A candidate for the mayor of Sarajevo, Bogic Bogicevic sent a letter to the SDP BiH President Nermin Niksic yesterday evening, informing him of his irrevocable decision to withdraw his candidacy for the position.
Bogicevic stated that his nomination has obviously become a stumbling block in the coalition relations of the “Four”, which, in this event, showed a lack of unity at yesterday’s session of the Sarajevo City Council.
He believes that this disharmony is a kind of message that within that coalition he was not a desirable candidate for the mentioned position.
Bogićević pointed out that he did not want to disrupt inter-party relations, nor did he want his name to be used in inappropriate political and election games, which was what we witnessed at yesterday’s session of the Sarajevo City Council.
Bogić Bogićević, born on 15th May 1953, is a Bosnian politician. He served as the 6th Bosnian member of the Yugoslav Presidency from 1989 until its abolishment in 1992. Following the 2020 Bosnian municipal elections, he was chosen as the next Mayor of Sarajevo.
He was elected member of the Presidency of Yugoslavia by a referendum of the citizens of Bosnia and Herzegovina on 25 June 1989, among five candidates, thus becoming the first democratically elected member of the collective Yugoslav Presidency. In addition, he served as President of Yugoslavia’s Federal Council for the Protection of the Constitutional Order.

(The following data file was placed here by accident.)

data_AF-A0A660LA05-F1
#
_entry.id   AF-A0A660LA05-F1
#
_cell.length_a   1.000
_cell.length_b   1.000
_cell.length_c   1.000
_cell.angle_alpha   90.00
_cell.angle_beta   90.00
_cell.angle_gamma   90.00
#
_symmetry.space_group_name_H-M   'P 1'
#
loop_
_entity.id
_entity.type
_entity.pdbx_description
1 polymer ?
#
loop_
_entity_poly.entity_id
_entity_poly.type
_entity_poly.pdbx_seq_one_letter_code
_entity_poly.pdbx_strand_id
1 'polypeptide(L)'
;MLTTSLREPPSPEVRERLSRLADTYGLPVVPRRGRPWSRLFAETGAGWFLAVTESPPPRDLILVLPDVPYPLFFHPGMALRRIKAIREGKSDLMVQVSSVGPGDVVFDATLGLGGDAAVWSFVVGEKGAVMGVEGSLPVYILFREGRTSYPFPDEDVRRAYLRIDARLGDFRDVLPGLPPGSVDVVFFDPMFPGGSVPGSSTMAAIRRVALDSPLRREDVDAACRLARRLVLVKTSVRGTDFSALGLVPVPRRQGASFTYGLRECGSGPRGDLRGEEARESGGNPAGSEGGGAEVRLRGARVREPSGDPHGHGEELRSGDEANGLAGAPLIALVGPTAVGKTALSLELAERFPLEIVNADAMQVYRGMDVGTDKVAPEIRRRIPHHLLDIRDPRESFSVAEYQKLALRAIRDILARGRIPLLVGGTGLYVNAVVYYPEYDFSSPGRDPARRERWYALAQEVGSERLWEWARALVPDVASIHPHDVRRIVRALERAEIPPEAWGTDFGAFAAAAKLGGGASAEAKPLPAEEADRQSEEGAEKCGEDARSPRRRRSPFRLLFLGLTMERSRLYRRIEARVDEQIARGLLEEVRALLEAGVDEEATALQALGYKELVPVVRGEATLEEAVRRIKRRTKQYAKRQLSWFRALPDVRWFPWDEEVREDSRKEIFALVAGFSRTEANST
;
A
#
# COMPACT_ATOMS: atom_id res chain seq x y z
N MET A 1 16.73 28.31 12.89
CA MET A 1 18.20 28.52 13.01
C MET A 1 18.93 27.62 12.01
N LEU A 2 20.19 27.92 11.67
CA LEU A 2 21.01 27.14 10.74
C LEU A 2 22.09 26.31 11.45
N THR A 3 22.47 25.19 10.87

On 12 March 1991, Bogićević famously defied fellow Presidency members from Serbia on a vote which would have imposed martial law in Yugoslavia. Formally, the military leadership proposed raising combat readiness, but the real goal was to introduce military rule in Slovenia and Croatia and to overthrow the new political leaderships of Kiro Gligorov in Macedonia and of Alija Izetbegović in his native Bosnia and Herzegovina. The pro-Milošević faction, which already controlled the Presidency votes from Serbia, Montenegro and Macedonia, counted on his vote as a fellow Serb. Bogićević rejected the proposal, and thus by one vote, the Yugoslav Presidency rejected the imposition of martial law. He reportedly commented on his vote, which historians deemed “fateful”: “I am a Serb, but not by profession”. His decision was decried by the Serbian Democratic Party, who claimed that Bogićević did not represent the Serbs, and he was deprived of his presidential salary as a punishment. He later started working for the Social Democratic Party of Bosnia and Herzegovina (SDP BiH).
Together with Macedonian Presidency member Vasil Tupurkovski, In July 1991 Bogićević mediated negotiations between the Slovenian government and the JNA Supreme Command on the release of recruits and the unblocking of barracks during the Ten-Day War between the Slovenian Territorial Defence and the Yugoslav People’s Army.
Bogićević spent the wartime period between 1992 to 1995 in Sarajevo under siege. He was a member of the House of Representatives of Bosnia and Herzegovina, and vice president of SDP BiH.